Markov Chain

Hidden Markov model

In mathematics, a Markov [mahr-kahvchain, named after Russian mathematician Andrey Markov (1856 – 1922), is a discrete (finite or countable) random process with the Markov property (the memoryless property of a stochastic [random] process). A discrete random process means a system which can be in various states. The system also changes randomly in discrete steps. It can be helpful to think of the system as evolving through discrete steps in time, although strictly speaking the ‘step’ may have nothing to do with time.

A stochastic process has the Markov property if the conditional probability distribution of future states of the process depends only upon the present state, not on the sequence of events that preceded it. (Given two jointly distributed random variables X and Y, the conditional probability distribution of Y given X is the probability distribution of Y when X is known to be a particular value.) The term ‘Markov assumption’ is used to describe a model where the Markov property is assumed to hold, such as a hidden Markov model (in which the system being modeled is assumed to be a Markov process with unobserved [hidden] states).

An example of a Markov chain is the dietary habits of a creature who only eats grapes, cheese or lettuce, and whose dietary habits conform to the following (artificial) rules: It eats exactly once a day. If it ate cheese yesterday, it will eat lettuce or grapes today with equal probability for each, and zero chance of eating cheese. If it ate grapes yesterday, it will eat grapes today with probability 1/10, cheese with probability 4/10 and lettuce with probability 5/10. Finally, if it ate lettuce yesterday, it won’t eat it again today, but will eat grapes with probability 4/10 or cheese with probability 6/10. This creature’s eating habits can be modeled with a Markov chain since its choice depends on what it ate yesterday, not additionally on what it ate 2 or 3 (or 4, etc…) days ago. One statistical property one could calculate is the expected percentage of the time the creature will eat cheese over a long period.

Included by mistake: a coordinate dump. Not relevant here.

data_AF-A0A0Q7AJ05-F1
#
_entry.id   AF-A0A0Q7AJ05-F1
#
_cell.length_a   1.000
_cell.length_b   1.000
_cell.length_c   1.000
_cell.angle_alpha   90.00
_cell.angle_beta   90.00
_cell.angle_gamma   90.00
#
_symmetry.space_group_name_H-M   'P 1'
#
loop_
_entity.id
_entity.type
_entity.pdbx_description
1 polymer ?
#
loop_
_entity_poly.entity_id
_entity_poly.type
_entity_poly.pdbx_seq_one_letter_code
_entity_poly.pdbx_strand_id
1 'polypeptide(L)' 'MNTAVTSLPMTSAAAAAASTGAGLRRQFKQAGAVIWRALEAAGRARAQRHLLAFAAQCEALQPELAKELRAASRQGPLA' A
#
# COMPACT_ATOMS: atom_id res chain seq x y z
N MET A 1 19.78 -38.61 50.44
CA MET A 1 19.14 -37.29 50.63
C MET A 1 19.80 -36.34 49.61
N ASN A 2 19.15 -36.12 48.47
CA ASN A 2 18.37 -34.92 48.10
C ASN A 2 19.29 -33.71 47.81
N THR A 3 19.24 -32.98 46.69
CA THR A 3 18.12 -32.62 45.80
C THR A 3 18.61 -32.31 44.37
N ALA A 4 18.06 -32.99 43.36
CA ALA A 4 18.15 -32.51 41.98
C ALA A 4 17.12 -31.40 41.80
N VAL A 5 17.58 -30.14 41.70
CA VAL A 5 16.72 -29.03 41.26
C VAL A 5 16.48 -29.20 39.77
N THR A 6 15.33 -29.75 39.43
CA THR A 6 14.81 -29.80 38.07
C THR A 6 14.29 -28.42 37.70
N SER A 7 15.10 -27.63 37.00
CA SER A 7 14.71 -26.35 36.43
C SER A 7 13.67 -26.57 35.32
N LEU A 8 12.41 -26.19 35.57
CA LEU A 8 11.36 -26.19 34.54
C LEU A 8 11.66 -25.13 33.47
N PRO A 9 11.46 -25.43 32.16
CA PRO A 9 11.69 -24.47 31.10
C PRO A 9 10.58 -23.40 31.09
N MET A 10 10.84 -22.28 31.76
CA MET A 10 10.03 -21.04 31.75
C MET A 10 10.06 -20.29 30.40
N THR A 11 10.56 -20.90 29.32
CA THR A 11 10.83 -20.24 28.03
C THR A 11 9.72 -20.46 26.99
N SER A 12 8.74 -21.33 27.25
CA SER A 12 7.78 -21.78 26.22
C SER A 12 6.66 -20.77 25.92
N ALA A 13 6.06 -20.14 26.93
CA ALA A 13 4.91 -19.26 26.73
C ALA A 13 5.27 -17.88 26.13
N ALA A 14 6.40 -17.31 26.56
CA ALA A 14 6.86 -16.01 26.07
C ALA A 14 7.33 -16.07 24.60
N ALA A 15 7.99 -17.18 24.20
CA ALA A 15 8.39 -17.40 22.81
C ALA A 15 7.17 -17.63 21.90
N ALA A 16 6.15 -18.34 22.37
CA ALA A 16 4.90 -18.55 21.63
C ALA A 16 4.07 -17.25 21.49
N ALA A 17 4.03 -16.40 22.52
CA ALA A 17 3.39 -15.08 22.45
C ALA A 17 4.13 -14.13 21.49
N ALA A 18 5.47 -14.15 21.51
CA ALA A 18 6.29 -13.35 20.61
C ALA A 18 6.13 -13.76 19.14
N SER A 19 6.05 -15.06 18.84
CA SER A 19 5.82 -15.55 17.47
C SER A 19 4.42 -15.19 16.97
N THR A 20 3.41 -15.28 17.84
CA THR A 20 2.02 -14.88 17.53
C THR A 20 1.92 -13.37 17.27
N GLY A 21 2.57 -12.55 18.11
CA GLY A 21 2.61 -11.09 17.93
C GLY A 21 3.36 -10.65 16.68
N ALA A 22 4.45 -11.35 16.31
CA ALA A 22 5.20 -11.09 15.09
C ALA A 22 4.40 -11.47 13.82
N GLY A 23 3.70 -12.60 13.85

A discrete-time random process involves a system which is in a certain state at each step, with the state changing randomly between steps. The steps are often thought of as moments in time, but they can equally well refer to physical distance or any other discrete measurement; formally, the steps are the integers or natural numbers, and the random process is a mapping of these to states. The Markov property states that the conditional probability distribution for the system at the next step (and in fact at all future steps) depends only on the current state of the system, and not additionally on the state of the system at previous steps. Since the system changes randomly, it is generally impossible to predict with certainty the state of a Markov chain at a given point in the future. However, the statistical properties of the system’s future can be predicted. In many applications, it is these statistical properties that are important.

The changes of state of the system are called transitions, and the probabilities associated with various state-changes are called transition probabilities. The set of all states and transition probabilities completely characterizes a Markov chain. By convention, we assume all possible states and transitions have been included in the definition of the processes, so there is always a next state and the process goes on forever. A famous Markov chain is the so-called ‘drunkard’s walk,’ a random walk on the number line where, at each step, the position may change by +1 or −1 with equal probability. From any position there are two possible transitions, to the next or previous integer. The transition probabilities depend only on the current position, not on the manner in which the position was reached (i.e. memoryless). For example, the transition probabilities from 5 to 4 and 5 to 6 are both 0.5, and all other transition probabilities from 5 are 0. These probabilities are independent of whether the system was previously in 4 or 6.